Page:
DOL Fiduciary News: July 6, 2017
These links will take you directly to the homepage of the website that features the article.
To reach the article directly, copy and paste the article title into the search feature on the homepage of the publication website.
Raymond James Financial Moving To Single Payout Grid
Financial Advisor; July 5, 2017
In response to the DOL fiduciary rule, Raymond James Financial Services will be changing its compensation plan so that all production is paid off of one grid. The move comes at a time when many broker-dealers are wrestling with the issue of broker payouts in expectation that they will face more scrutiny in a post-DOL world.
Next year, the independent contractor unit of Raymond James Financial will switch to a single payout grid that starts at 81 percent for trailing 12-month branch production up to $500,000, topping out at 90 percent at the $10 million-plus level.
Depending on product mix and production, the changes could represent a cut in pay for some advisors. Currently, mutual fund commissions are paid out at 90 percent with a ticket charge of $26. Equities earn 85 percent with a ticket charge of $22 plus 1.5 cents per share, and insurance sales get 85 percent with a ticket charge of $49. Rep-managed fee accounts now earn an advisor a payout of 85 percent or higher.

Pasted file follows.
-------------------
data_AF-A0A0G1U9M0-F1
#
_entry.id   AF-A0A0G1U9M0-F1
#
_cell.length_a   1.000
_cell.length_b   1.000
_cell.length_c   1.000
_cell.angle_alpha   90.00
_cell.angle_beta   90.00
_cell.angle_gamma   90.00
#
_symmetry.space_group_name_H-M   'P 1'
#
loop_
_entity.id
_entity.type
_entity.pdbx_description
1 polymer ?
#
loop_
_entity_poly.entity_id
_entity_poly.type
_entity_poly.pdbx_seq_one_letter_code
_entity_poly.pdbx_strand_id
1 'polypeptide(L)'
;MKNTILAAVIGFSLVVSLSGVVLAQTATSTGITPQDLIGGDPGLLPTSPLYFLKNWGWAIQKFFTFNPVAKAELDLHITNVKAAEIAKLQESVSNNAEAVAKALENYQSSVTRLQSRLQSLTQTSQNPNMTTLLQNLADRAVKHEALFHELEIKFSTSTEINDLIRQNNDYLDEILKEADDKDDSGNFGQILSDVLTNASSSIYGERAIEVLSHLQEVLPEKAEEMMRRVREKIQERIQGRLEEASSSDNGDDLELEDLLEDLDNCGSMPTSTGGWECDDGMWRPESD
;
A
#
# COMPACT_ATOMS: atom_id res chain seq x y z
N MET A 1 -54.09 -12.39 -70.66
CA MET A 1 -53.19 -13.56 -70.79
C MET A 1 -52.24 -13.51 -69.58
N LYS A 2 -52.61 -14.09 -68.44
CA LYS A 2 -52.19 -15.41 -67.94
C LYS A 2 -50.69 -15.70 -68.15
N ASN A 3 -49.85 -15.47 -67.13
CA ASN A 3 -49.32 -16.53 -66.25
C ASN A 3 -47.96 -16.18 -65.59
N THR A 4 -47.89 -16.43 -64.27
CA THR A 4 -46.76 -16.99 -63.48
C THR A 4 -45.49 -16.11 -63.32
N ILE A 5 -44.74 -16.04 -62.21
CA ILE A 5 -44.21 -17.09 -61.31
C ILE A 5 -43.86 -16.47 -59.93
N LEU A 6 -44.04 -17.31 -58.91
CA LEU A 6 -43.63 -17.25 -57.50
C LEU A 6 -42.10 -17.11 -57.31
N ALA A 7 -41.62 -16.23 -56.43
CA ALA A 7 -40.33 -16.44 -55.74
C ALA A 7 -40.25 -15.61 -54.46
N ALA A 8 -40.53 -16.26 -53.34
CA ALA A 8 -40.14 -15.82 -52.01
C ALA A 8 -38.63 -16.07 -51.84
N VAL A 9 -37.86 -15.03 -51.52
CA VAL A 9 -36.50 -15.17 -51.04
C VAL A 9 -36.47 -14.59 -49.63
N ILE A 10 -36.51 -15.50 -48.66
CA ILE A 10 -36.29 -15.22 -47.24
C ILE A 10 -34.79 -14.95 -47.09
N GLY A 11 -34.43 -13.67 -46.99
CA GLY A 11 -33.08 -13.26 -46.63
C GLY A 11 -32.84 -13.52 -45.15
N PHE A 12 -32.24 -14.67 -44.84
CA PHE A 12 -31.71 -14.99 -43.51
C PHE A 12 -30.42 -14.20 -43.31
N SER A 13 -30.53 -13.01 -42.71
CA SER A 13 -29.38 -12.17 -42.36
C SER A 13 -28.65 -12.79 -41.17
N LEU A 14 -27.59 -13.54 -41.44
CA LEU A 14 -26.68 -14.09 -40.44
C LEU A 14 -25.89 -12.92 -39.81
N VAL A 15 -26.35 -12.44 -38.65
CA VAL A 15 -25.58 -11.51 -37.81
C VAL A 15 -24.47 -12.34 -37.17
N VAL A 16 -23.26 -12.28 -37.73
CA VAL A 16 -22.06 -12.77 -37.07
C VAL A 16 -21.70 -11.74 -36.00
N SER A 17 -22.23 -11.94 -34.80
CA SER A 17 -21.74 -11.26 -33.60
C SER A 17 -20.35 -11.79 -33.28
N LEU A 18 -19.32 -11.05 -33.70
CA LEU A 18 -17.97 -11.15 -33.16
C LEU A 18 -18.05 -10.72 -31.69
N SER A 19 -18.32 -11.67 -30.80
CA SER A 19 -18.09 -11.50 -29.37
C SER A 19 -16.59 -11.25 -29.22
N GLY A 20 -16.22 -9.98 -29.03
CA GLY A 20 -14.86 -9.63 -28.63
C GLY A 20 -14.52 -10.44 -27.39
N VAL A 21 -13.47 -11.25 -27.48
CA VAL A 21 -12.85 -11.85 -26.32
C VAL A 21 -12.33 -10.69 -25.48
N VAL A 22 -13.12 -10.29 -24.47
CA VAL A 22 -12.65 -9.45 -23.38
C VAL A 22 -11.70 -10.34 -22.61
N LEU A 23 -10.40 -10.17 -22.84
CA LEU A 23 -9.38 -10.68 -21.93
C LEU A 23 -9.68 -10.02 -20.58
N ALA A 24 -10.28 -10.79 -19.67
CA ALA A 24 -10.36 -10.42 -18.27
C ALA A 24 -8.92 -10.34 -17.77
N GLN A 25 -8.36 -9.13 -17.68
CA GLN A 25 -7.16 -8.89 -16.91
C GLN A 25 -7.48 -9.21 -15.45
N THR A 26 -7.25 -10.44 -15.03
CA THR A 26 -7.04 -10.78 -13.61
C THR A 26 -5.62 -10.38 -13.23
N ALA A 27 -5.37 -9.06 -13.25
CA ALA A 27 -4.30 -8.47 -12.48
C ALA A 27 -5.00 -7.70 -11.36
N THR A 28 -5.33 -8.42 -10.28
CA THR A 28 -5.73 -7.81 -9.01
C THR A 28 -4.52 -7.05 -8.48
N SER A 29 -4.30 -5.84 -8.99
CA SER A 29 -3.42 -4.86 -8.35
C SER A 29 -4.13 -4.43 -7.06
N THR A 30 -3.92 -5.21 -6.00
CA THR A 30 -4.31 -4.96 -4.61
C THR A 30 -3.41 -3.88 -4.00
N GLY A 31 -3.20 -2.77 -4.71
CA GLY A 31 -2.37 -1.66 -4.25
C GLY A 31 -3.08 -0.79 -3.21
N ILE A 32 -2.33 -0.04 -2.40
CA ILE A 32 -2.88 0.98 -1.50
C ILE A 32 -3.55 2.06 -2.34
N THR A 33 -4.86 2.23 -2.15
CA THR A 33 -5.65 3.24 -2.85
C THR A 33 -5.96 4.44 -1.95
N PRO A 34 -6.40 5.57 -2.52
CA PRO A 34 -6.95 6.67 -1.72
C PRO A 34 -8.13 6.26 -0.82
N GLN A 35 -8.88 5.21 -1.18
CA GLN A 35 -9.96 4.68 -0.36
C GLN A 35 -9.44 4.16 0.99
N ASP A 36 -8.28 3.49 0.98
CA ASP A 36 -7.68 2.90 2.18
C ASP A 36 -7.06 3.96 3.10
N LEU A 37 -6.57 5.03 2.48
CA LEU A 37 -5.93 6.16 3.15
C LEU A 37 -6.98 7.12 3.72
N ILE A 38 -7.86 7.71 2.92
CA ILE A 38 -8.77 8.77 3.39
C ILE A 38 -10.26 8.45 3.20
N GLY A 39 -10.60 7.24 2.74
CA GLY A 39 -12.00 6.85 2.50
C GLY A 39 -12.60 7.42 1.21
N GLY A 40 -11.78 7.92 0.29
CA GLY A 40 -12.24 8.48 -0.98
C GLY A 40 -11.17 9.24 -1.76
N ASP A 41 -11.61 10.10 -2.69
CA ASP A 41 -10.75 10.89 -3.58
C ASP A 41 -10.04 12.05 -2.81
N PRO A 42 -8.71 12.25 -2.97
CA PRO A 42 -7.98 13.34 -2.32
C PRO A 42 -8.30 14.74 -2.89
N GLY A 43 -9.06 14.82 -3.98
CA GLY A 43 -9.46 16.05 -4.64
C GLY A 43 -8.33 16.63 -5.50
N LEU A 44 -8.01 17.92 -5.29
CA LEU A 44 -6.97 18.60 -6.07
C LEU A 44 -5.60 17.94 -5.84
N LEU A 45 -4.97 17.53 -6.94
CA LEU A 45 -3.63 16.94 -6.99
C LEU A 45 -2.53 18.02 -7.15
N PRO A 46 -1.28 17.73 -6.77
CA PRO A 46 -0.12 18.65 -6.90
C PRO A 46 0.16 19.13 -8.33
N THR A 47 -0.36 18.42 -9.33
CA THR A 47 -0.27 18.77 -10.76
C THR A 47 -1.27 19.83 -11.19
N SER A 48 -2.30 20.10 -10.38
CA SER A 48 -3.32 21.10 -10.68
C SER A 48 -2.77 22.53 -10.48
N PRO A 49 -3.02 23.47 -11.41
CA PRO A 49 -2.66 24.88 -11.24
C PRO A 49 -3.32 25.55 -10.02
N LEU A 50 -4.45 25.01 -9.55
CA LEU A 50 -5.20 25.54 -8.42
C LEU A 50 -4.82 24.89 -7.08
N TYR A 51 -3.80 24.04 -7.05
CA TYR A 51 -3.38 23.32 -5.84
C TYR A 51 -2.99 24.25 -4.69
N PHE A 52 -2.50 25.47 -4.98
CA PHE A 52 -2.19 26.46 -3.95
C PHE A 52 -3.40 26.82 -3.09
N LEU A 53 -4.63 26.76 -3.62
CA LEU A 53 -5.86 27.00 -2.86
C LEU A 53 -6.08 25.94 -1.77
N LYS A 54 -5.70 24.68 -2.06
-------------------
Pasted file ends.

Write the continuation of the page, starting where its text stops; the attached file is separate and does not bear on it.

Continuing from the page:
As part of the changes next year, RJFS will switch to a flat $25 ticket charge on all products.
Justice Department: DOL Fiduciary Rule Should Be Upheld—Just Not the Class-Action Part
Wealth Management; July 5, 2017
The U.S. Justice Department filed a court brief Monday, arguing that the Department of Labor’s fiduciary rule should be upheld, with the exception of allowing class-action lawsuits to be filed under the best-interest contract exemption.
For supporters of the rule, that private right of action—the ability of clients to file class-action lawsuits against firms that don't follow the rule—is fundamental to ensuring the rule's impact. For detractors, it is the primary point of contention, opening the door, they say, for frivolous but costly litigation as tort attorneys target broker/dealers holding individual retirement accounts.
The brief was filed in the Court of Appeals, where the U.S. Chamber of Commerce and others have appealed a district judge’s decision to side with the DOL.